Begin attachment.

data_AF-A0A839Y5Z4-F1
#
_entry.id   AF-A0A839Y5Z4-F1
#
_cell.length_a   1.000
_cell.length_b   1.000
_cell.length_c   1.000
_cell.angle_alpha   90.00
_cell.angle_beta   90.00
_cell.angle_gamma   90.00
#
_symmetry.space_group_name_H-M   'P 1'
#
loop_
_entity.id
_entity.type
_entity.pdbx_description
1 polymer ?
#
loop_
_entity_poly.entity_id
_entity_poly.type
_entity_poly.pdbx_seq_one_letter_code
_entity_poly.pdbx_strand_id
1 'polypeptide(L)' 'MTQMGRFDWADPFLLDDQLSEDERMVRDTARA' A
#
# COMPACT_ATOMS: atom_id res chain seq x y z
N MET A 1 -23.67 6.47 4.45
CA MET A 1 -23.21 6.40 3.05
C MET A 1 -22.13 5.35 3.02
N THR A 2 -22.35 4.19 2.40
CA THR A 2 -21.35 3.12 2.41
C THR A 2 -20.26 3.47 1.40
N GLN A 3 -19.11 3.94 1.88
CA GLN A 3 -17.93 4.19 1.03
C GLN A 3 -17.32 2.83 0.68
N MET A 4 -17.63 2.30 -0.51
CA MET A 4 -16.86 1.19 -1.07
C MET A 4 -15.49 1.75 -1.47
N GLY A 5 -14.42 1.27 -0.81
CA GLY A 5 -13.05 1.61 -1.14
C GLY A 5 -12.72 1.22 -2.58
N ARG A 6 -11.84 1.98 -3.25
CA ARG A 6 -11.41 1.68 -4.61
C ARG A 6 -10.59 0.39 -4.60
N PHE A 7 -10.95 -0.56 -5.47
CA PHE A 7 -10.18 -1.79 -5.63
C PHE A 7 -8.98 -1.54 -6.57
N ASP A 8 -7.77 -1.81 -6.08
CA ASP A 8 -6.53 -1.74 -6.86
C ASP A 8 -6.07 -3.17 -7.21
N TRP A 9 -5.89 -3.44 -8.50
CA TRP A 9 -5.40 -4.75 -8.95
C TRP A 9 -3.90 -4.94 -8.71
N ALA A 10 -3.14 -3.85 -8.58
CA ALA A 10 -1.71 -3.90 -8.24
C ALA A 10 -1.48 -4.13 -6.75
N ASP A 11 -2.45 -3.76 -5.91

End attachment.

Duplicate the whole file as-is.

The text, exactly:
data_AF-A0A839Y5Z4-F1
#
_entry.id   AF-A0A839Y5Z4-F1
#
_cell.length_a   1.000
_cell.length_b   1.000
_cell.length_c   1.000
_cell.angle_alpha   90.00
_cell.angle_beta   90.00
_cell.angle_gamma   90.00
#
_symmetry.space_group_name_H-M   'P 1'
#
loop_
_entity.id
_entity.type
_entity.pdbx_description
1 polymer ?
#
loop_
_entity_poly.entity_id
_entity_poly.type
_entity_poly.pdbx_seq_one_letter_code
_entity_poly.pdbx_strand_id
1 'polypeptide(L)' 'MTQMGRFDWADPFLLDDQLSEDERMVRDTARA' A
#
# COMPACT_ATOMS: atom_id res chain seq x y z
N MET A 1 -23.67 6.47 4.45
CA MET A 1 -23.21 6.40 3.05
C MET A 1 -22.13 5.35 3.02
N THR A 2 -22.35 4.19 2.40
CA THR A 2 -21.35 3.12 2.41
C THR A 2 -20.26 3.47 1.40
N GLN A 3 -19.11 3.94 1.88
CA GLN A 3 -17.93 4.19 1.03
C GLN A 3 -17.32 2.83 0.68
N MET A 4 -17.63 2.30 -0.51
CA MET A 4 -16.86 1.19 -1.07
C MET A 4 -15.49 1.75 -1.47
N GLY A 5 -14.42 1.27 -0.81
CA GLY A 5 -13.05 1.61 -1.14
C GLY A 5 -12.72 1.22 -2.58
N ARG A 6 -11.84 1.98 -3.25
CA ARG A 6 -11.41 1.68 -4.61
C ARG A 6 -10.59 0.39 -4.60
N PHE A 7 -10.95 -0.56 -5.47
CA PHE A 7 -10.18 -1.79 -5.63
C PHE A 7 -8.98 -1.54 -6.57
N ASP A 8 -7.77 -1.81 -6.08
CA ASP A 8 -6.53 -1.74 -6.86
C ASP A 8 -6.07 -3.17 -7.21
N TRP A 9 -5.89 -3.44 -8.50
CA TRP A 9 -5.40 -4.75 -8.95
C TRP A 9 -3.90 -4.94 -8.71
N ALA A 10 -3.14 -3.85 -8.58
CA ALA A 10 -1.71 -3.90 -8.24
C ALA A 10 -1.48 -4.13 -6.75
N ASP A 11 -2.45 -3.76 -5.91